Valve has made good on its pre-GDC promise to unveil new living-room hardware, announcing a micro-console due to launch later this year dubbed Steam Link.
Taking a leaf from Nvidia's book, the Steam Link hardware takes the form of a compact micro-console designed to unobtrusively sit beneath a big-screen TV. The rear of the console includes two USB ports, an HDMI port, and a gigabit Ethernet port, while an additional USB port is located at the side for easy access. Specifications for its internals have not been released, but unlike Nvidia's Project Shield the Steam Link - as its name implies - isn't designed to run games natively; instead, the console is used to connect to a PC on the same network.
Using Steam's In-Home Streaming technology, games are rendered on a PC and then streamed to the Steam Link; the player's inputs are entered into the Steam Link and returned to the PC. On a high-speed, low-latency network, the effect is of having your PC connected to your TV - but without having to listen to the fans whine and whirr, with the Steam Link being entirely passively cooled.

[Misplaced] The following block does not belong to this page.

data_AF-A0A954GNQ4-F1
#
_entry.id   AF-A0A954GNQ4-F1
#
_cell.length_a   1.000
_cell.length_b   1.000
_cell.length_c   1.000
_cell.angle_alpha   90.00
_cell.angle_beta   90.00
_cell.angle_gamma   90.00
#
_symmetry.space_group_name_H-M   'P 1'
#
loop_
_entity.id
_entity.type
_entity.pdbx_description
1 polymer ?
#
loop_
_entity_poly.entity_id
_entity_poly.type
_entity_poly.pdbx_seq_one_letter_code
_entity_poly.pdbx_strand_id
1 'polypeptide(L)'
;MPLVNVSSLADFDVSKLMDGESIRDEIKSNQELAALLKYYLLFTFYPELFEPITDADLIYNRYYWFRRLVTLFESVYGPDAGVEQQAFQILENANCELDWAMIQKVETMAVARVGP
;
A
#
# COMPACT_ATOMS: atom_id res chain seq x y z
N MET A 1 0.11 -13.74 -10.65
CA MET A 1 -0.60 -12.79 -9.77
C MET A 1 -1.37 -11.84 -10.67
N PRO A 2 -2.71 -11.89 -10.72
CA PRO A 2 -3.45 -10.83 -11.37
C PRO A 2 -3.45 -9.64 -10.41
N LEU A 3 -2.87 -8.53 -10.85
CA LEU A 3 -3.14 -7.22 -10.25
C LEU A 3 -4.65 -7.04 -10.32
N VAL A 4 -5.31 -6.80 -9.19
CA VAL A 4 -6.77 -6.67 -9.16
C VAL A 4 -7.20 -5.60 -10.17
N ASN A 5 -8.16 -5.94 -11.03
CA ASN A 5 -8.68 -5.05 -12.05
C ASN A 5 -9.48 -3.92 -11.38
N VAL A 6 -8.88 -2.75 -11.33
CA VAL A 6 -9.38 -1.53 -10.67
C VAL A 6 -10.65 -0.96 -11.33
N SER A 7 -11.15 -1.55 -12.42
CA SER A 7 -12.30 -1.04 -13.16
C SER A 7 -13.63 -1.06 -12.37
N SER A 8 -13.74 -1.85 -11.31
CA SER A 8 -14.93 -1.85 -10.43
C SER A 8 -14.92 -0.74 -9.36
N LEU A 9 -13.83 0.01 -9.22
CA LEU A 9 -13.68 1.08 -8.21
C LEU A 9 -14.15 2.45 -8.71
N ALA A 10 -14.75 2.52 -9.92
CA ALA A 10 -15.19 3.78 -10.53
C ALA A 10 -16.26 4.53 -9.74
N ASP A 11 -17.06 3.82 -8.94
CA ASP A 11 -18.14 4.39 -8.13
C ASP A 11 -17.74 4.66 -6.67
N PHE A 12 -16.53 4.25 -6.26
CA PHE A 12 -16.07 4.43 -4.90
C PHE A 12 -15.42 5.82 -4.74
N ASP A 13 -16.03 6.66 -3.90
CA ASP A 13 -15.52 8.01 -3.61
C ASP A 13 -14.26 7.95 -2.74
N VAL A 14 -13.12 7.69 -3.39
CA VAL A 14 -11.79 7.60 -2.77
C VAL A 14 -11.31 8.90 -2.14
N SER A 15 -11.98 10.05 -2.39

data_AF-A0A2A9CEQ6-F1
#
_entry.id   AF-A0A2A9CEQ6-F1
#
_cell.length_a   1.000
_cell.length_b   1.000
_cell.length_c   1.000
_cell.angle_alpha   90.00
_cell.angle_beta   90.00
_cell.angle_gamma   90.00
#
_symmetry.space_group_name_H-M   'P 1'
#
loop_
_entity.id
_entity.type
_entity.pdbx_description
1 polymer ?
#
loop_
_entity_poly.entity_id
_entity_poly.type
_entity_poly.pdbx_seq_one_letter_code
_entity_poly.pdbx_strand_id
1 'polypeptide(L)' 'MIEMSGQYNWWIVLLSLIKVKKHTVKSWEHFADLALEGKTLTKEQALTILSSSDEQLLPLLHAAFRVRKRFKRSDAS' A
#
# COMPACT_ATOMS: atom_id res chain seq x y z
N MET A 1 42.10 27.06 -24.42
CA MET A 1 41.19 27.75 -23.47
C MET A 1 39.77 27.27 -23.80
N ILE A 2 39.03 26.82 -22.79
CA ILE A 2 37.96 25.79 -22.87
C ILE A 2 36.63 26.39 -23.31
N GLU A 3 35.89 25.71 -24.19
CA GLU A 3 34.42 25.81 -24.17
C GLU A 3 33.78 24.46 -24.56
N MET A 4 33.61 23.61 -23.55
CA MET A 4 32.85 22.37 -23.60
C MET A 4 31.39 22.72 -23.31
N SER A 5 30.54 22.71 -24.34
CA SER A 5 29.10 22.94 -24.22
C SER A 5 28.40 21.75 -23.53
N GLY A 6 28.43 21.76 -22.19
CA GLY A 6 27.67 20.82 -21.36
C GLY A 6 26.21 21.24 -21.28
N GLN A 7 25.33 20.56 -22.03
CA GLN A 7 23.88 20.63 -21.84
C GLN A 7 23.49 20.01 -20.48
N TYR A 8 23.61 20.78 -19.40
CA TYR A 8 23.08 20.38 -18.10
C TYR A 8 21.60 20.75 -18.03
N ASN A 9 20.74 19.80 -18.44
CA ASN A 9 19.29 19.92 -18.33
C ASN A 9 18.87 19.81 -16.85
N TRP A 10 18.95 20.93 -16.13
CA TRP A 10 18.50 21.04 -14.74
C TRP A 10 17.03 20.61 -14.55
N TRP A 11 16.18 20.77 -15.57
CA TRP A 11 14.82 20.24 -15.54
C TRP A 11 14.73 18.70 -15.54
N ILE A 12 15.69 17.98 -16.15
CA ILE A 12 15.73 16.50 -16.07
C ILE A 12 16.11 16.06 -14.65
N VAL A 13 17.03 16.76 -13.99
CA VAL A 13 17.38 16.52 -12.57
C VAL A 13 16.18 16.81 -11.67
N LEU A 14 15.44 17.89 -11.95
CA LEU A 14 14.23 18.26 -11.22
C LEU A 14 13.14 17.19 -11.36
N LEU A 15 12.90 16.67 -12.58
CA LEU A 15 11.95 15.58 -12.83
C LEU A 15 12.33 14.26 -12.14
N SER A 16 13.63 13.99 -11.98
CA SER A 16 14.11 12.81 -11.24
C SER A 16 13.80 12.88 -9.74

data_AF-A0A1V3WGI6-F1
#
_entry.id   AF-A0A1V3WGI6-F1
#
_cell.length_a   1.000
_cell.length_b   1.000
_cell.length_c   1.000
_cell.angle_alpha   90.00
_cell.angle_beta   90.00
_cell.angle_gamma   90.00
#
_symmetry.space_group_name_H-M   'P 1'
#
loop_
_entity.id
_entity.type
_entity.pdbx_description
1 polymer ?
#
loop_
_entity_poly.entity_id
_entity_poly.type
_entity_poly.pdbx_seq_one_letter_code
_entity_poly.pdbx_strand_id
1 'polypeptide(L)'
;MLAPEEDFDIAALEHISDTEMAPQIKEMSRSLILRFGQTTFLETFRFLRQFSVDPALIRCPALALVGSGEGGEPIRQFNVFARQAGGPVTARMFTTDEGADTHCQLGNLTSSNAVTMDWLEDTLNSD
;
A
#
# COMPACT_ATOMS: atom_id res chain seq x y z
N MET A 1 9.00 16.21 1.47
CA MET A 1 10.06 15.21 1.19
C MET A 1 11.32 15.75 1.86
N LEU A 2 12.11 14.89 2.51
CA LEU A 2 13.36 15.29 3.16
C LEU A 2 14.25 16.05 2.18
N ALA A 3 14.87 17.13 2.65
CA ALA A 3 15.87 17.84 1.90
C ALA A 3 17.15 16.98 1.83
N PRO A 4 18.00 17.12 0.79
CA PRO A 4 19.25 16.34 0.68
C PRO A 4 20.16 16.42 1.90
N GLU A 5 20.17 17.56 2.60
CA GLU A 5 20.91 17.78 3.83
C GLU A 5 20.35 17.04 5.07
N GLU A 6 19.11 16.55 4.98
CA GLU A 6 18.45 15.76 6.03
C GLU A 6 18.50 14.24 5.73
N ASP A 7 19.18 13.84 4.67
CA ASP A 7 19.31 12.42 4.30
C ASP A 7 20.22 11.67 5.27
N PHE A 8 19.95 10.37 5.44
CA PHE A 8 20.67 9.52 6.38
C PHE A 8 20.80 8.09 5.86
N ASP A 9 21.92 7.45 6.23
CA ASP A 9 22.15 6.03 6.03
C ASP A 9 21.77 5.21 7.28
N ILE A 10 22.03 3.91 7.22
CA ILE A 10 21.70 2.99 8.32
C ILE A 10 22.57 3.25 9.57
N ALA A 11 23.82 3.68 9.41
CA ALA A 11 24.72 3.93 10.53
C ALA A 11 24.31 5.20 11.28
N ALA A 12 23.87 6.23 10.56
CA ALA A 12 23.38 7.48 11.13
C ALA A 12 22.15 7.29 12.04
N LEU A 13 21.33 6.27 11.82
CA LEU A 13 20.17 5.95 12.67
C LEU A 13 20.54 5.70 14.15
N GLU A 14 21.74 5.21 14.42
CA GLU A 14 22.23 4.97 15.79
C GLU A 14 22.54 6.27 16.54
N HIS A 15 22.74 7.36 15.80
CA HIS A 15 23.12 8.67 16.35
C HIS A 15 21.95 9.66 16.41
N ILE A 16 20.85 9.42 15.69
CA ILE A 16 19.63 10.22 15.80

The fact that the Steam Link doesn't need any powerful graphics hardware of its own nor any major local storage means that Valve has been able to price the device extremely competitively: the company has confirmed that when the Steam Link launches in November, it will cost just $49.99 in the US. UK pricing has yet to be confirmed, but even assuming a direct symbol-swap a £49.99 price-tag would make it one of the cheapest ways of using Steam In-Home Streaming around.
The Steam Link is being positioned as an alternative to the Steam Machine consoles for anyone who already has a well-equipped gaming rig, and as an ideal accessory for the Steam Controller. The latter device, the company has promised, will finally leave the drawing board and enter reality in November, to launch alongside the Steam Link.
The official Steam Link page was having difficulties at the time of writing, but is still viewable from Google's cache